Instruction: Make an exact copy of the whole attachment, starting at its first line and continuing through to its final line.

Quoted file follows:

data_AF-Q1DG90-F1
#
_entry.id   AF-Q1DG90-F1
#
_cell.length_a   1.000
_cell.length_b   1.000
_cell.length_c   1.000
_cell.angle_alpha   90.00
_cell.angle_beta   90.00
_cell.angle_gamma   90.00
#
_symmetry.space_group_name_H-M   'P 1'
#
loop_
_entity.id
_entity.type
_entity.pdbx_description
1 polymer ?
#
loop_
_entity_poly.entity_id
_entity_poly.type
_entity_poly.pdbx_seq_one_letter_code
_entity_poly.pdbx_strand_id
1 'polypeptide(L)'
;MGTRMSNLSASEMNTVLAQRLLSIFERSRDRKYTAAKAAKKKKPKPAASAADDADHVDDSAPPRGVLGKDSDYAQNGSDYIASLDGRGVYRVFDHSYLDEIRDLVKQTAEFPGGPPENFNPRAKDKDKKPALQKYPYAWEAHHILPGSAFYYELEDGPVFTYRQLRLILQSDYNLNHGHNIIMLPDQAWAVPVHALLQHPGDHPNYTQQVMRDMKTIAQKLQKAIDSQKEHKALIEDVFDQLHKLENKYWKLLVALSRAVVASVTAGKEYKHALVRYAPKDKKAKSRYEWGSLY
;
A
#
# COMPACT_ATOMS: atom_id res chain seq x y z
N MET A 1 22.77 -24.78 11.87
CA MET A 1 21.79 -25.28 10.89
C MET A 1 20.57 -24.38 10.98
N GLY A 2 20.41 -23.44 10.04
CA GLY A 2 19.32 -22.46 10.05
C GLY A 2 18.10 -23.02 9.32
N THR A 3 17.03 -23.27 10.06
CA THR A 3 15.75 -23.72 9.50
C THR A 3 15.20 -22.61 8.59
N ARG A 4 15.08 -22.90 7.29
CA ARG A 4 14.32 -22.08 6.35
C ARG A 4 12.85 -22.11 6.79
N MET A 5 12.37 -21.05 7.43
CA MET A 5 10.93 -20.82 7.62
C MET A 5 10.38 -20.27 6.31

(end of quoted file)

data_AF-Q1DG90-F1
#
_entry.id   AF-Q1DG90-F1
#
_cell.length_a   1.000
_cell.length_b   1.000
_cell.length_c   1.000
_cell.angle_alpha   90.00
_cell.angle_beta   90.00
_cell.angle_gamma   90.00
#
_symmetry.space_group_name_H-M   'P 1'
#
loop_
_entity.id
_entity.type
_entity.pdbx_description
1 polymer ?
#
loop_
_entity_poly.entity_id
_entity_poly.type
_entity_poly.pdbx_seq_one_letter_code
_entity_poly.pdbx_strand_id
1 'polypeptide(L)'
;MGTRMSNLSASEMNTVLAQRLLSIFERSRDRKYTAAKAAKKKKPKPAASAADDADHVDDSAPPRGVLGKDSDYAQNGSDYIASLDGRGVYRVFDHSYLDEIRDLVKQTAEFPGGPPENFNPRAKDKDKKPALQKYPYAWEAHHILPGSAFYYELEDGPVFTYRQLRLILQSDYNLNHGHNIIMLPDQAWAVPVHALLQHPGDHPNYTQQVMRDMKTIAQKLQKAIDSQKEHKALIEDVFDQLHKLENKYWKLLVALSRAVVASVTAGKEYKHALVRYAPKDKKAKSRYEWGSLY
;
A
#
# COMPACT_ATOMS: atom_id res chain seq x y z
N MET A 1 22.77 -24.78 11.87
CA MET A 1 21.79 -25.28 10.89
C MET A 1 20.57 -24.38 10.98
N GLY A 2 20.41 -23.44 10.04
CA GLY A 2 19.32 -22.46 10.05
C GLY A 2 18.10 -23.02 9.32
N THR A 3 17.03 -23.27 10.06
CA THR A 3 15.75 -23.72 9.50
C THR A 3 15.20 -22.61 8.59
N ARG A 4 15.08 -22.90 7.29
CA ARG A 4 14.32 -22.08 6.35
C ARG A 4 12.85 -22.11 6.79
N MET A 5 12.37 -21.05 7.43
CA MET A 5 10.93 -20.82 7.62
C MET A 5 10.38 -20.27 6.31